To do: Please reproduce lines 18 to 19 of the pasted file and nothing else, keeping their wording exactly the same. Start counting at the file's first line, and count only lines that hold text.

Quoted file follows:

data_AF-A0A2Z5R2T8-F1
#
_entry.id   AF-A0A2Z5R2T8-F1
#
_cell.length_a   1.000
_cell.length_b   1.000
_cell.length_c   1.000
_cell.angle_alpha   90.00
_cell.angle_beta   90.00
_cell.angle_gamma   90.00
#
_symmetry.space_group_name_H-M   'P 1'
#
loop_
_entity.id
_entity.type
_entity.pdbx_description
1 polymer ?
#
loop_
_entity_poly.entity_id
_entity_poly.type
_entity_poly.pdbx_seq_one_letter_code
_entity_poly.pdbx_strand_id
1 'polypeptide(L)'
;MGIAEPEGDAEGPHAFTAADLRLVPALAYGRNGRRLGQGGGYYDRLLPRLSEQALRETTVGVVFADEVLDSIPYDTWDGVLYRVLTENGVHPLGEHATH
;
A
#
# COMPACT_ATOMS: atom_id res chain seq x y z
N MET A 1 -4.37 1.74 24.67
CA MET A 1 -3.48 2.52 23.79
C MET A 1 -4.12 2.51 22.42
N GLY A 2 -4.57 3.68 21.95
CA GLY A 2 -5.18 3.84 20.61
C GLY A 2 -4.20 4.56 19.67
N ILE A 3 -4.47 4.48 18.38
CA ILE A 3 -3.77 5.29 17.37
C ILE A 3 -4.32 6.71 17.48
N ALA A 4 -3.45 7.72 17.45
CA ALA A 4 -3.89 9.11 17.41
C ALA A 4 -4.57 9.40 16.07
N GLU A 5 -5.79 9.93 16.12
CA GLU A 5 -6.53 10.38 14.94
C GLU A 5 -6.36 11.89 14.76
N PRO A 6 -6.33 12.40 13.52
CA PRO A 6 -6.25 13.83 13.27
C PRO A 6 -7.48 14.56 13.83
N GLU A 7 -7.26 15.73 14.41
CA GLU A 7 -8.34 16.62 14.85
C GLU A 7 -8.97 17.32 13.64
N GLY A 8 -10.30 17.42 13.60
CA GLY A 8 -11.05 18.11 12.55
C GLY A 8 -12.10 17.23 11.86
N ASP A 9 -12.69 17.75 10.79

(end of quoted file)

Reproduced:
1 polymer ?
#